NJ SOPHE

New Jersey Society for Public Health Education

About Health Education and Promotion

What do health educators do?

  • Plan, implement, and evaluate diverse health education and promotion interventions to engage target audiences.
  • Partner with community stakeholders to assess local needs and promote health in a culturally appropriate way.
  • Advocate at all levels of policy for fiscal and political support of public health.

In 2016, there were about 57,570 health educators nationally. The field is expected to grow by 21% from 2012 to 2022, faster than the average for all occupations.


Where do health educators work?

  • Businesses/Worksites: To improve employee health, productivity, absenteeism, and healthcare costs.
  • Community/Non-Profits: To provide health education for a particular health focus or priority population.
  • Health Communication Agencies: To develop health programs and materials that effectively engage and educate people.
  • Hospitals/Clinics/Health Plans: To promote healthy lifestyles, help patients recover from illness and manage chronic conditions.
  • Local/State/Federal Government: To improve population health and achieve public health goals.
  • Schools/Universities: To help students maintain healthy lifestyles and conduct research on effective health education.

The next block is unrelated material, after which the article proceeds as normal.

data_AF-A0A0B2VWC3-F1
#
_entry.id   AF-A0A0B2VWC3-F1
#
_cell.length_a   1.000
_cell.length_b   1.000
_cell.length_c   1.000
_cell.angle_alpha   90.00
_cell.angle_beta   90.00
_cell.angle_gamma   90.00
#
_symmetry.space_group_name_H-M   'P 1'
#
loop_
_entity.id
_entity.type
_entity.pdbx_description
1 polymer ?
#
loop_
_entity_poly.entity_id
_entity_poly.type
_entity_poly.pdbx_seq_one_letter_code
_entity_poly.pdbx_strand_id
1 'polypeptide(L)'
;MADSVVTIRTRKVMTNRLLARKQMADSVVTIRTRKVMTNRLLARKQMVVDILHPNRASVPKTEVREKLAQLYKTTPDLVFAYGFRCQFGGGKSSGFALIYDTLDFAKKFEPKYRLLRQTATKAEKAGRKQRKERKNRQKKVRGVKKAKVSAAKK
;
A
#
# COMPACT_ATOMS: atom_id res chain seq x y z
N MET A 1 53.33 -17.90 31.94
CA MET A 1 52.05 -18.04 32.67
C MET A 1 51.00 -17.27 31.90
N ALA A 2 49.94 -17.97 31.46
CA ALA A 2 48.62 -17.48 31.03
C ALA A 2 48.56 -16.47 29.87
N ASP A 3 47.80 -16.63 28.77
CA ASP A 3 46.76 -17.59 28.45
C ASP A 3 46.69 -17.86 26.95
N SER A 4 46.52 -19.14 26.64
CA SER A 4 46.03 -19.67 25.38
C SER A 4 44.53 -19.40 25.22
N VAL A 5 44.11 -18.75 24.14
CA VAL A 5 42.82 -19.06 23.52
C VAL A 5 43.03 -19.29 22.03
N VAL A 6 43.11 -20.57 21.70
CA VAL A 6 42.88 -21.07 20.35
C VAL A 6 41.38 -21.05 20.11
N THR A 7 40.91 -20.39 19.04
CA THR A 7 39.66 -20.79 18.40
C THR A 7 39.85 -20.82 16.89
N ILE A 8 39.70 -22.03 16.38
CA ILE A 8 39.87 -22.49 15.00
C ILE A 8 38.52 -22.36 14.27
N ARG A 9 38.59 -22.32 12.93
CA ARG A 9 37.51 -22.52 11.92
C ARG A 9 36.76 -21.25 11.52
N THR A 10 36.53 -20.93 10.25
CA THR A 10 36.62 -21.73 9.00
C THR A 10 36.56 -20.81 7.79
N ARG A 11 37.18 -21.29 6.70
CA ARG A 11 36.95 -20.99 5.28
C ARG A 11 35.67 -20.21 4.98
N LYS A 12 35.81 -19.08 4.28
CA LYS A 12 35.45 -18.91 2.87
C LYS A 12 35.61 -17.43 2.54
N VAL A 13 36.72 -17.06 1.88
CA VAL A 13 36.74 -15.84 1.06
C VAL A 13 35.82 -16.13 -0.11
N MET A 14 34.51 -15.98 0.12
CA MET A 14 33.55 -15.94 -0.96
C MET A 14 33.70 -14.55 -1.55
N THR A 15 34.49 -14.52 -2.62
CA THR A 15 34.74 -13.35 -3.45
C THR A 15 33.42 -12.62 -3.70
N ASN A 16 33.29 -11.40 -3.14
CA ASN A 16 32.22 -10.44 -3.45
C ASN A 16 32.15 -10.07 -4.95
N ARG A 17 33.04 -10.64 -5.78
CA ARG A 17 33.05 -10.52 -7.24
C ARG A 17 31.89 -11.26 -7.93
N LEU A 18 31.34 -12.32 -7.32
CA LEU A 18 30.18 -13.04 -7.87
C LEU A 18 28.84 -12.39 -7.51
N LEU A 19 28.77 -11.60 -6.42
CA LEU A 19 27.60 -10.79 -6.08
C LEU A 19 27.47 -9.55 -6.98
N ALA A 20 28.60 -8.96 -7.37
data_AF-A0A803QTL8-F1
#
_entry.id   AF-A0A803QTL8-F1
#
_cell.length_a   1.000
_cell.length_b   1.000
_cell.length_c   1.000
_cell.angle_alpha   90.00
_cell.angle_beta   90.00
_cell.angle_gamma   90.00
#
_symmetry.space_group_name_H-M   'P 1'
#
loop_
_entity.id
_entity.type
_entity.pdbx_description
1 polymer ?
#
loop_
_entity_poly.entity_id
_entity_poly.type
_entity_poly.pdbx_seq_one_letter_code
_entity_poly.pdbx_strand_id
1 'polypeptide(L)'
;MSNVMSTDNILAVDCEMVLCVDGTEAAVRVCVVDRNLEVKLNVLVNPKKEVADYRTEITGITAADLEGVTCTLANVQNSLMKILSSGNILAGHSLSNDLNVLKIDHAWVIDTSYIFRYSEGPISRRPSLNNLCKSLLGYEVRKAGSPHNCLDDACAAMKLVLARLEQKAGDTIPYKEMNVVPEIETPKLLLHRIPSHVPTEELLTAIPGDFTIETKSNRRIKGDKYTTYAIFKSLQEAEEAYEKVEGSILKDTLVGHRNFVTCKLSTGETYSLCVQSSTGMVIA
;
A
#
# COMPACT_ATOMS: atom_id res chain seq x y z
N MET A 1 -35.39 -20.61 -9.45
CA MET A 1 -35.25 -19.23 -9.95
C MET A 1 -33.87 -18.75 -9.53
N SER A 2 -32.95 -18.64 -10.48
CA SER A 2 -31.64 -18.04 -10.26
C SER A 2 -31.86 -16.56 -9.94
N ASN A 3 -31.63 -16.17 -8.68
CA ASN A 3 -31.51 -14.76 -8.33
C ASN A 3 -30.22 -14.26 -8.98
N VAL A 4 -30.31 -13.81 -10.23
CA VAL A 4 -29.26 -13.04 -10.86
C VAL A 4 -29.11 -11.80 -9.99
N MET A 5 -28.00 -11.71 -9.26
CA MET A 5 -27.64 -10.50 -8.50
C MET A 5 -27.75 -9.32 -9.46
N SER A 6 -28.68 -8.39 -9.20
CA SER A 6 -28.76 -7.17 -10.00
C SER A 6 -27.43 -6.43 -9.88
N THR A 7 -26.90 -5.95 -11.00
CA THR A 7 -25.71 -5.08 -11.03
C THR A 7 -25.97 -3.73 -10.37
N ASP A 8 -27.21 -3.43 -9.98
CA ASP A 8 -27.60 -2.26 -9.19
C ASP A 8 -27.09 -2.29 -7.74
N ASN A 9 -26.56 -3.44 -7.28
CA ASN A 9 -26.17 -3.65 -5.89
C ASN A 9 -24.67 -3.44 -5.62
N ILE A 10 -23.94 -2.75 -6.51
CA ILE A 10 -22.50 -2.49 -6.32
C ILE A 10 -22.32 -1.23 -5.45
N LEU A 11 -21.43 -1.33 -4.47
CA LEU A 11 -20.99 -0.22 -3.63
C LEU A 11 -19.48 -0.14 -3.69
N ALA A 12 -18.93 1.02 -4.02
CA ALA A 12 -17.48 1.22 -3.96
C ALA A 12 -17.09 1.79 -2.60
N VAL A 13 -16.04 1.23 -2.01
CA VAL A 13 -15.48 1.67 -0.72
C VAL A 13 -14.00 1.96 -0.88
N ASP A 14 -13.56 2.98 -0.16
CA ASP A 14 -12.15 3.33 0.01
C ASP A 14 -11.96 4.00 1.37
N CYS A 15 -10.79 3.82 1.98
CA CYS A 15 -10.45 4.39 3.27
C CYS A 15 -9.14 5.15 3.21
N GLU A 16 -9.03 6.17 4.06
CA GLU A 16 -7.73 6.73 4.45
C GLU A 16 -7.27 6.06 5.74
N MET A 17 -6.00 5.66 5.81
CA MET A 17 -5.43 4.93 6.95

What is CHES?

CHES stands for Certified Health Education Specialist. CHES is a voluntary professional certification program that establishes a national standard for health educators.

  • Health educators with the CHES designation have academic preparation in the field, have passed the national CHES exam, and maintain their credential through continuing education.
  • Health educators with the MCHES designation have at least 5 years of experience, have academic preparation in the field, have passed the national MCHES exam, and maintain their credential through advanced continuing education.

There are Seven Areas of Responsibility that present the skills and expertise needed for a position in the field of health education and promotion. These serve as the basis for the CHES and MCHES exams.

  • Area I: Assess Needs, Resources and Capacity for Health Education/Promotion
  • Area II: Plan Health Education/Promotion
  • Area III: Implement Health Education/Promotion
  • Area IV: Conduct Evaluation and Research Related to Health Education/Promotion
  • Area V: Administer and Manage Health Education/Promotion
  • Area VI: Serve as a Health Education/Promotion Resource Person
  • Area VII. Communicate, Promote, and Advocate for Health, Health Education/Promotion, and the Profession


For more information, visit the National Commission for Health Education Credentialing (NCHEC).




P.O. Box 225, Basking Ridge, NJ 07920
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